sIFR and HTMLoverlays

    Simon Willison
    Simon Willison

    Here are a couple of fun new toys that have surfaced in the past 24 hours. First up, Mike Davidson, Shaun Inman and Tomas Jogin have released sIFR, a new take on Shaun Inman’s infamous IFR Flash replacement technique. Flash replacement is a smart technique built on top of semantic HTML, where portions of text are replaced (using JavaScript) with a Flash equivalent using a custom font embedded in the Flash file. sIFR improves on previous versions by ensuring that the replaced Flash file takes in to account the exact size of the headling (the ‘s’ is for Scalable). It can also be applied to any element on the page, not just headings.

    While this technique is excellent for spicing up headings, I would recommend avoiding using it for larger chunks of body text. While Flash rendered text can now be copied and pasted it still lags behind regular HTML text in a number of ways with regards to accessibility and usability – for example, with sIFR resizing text using regular browser font sizing controls will not take affect until the whole page is refreshed. That’s not to dismiss the technique: it’s a marvellous piece of work and a great example of HTML, JavaScript and Flash coming together to enhance the design of a page without reducing the semantic value of the underlying markup.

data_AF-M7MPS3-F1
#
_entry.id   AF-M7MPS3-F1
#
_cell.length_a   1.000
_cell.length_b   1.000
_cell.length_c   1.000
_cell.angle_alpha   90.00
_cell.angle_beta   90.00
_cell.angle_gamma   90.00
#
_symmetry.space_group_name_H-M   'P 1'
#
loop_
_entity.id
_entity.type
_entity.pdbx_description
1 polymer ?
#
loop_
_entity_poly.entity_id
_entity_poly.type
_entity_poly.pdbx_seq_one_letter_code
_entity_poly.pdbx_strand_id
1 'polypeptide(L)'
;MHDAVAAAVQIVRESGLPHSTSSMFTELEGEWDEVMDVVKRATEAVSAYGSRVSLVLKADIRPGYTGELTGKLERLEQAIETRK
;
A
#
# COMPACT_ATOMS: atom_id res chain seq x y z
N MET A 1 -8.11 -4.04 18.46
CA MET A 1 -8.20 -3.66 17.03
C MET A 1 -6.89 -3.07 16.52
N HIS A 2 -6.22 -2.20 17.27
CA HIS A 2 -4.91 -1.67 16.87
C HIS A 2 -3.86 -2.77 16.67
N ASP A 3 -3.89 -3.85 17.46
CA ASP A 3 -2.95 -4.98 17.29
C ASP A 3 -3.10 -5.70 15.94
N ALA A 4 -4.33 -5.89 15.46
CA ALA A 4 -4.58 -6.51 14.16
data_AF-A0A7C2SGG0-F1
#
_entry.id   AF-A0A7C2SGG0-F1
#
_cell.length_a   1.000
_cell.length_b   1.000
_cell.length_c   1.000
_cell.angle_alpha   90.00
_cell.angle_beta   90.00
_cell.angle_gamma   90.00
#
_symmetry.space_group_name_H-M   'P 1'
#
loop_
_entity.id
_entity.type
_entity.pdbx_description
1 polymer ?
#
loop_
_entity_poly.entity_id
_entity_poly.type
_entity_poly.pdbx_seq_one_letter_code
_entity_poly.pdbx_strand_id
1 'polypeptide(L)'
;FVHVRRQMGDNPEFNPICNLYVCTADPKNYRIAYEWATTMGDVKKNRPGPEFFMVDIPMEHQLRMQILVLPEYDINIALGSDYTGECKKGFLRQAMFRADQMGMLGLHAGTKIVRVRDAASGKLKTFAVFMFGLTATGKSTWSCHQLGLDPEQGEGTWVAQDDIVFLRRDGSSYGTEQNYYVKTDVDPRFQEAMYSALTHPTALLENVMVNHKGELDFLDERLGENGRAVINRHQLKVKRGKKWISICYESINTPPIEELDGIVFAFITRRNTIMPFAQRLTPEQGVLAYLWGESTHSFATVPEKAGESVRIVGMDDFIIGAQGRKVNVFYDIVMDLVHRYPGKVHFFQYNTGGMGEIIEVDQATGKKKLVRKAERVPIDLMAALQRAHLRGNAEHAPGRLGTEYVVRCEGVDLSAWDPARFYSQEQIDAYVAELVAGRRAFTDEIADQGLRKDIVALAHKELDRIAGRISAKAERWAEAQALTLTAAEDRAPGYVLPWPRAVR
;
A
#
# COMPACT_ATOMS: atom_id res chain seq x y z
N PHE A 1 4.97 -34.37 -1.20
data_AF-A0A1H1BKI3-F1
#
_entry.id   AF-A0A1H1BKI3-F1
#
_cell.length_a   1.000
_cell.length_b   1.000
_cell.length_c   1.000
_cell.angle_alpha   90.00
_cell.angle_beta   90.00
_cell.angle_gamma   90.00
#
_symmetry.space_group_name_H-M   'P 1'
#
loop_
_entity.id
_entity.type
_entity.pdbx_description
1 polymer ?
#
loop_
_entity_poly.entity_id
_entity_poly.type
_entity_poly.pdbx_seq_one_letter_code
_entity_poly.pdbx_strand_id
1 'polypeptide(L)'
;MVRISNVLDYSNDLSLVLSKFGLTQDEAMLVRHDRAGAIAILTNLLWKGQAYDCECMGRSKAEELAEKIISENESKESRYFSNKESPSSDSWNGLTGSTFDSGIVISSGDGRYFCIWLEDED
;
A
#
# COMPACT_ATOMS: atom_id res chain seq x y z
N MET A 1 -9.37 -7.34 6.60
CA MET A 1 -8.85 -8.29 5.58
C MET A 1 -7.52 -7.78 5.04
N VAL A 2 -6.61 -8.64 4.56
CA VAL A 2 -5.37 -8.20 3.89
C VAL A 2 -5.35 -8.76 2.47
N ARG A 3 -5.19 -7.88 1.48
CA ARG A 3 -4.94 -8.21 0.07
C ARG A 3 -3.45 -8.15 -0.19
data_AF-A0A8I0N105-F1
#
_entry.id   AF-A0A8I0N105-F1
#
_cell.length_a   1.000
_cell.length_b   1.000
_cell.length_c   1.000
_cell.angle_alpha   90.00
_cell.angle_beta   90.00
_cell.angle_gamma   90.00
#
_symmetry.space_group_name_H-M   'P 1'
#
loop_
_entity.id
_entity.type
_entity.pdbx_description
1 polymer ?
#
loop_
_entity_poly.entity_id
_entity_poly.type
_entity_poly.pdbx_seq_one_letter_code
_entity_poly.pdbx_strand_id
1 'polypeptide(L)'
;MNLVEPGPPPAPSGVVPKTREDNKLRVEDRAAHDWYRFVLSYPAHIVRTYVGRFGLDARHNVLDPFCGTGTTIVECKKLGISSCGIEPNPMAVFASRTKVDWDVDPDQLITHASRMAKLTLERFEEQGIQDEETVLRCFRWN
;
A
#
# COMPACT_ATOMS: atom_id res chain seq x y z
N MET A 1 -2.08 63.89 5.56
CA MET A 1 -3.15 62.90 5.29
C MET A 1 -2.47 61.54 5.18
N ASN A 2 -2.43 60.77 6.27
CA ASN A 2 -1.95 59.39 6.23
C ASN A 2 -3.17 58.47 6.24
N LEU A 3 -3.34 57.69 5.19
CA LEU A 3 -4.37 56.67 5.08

Toy number two is HTMLoverlays, an ingenious hack from Daniel Glazman of Mozilla Composer/Nvu fame, based on an idea from Laurent Jouanneau. Overlays are an inspired feature of Mozilla’s XUL language which allow additional elements to be transplanted in to a XUL document by merging two documents together – kind of like XSLT but with far simpler syntax. HTMLoverlays is a small JavaScript which provides the same functionality to modern browsers (IE/Windows, Safari and Mozilla) for use with HTML documents. It ends up working something like a client-side include – you define a basic document structure, then relate it to an overlay file using a element in the head of the document. If that doesn’t make any sense, viewing source on Daniel’s example should clear things up.

    It’s great to see the new wave of JavaScript innovation continue.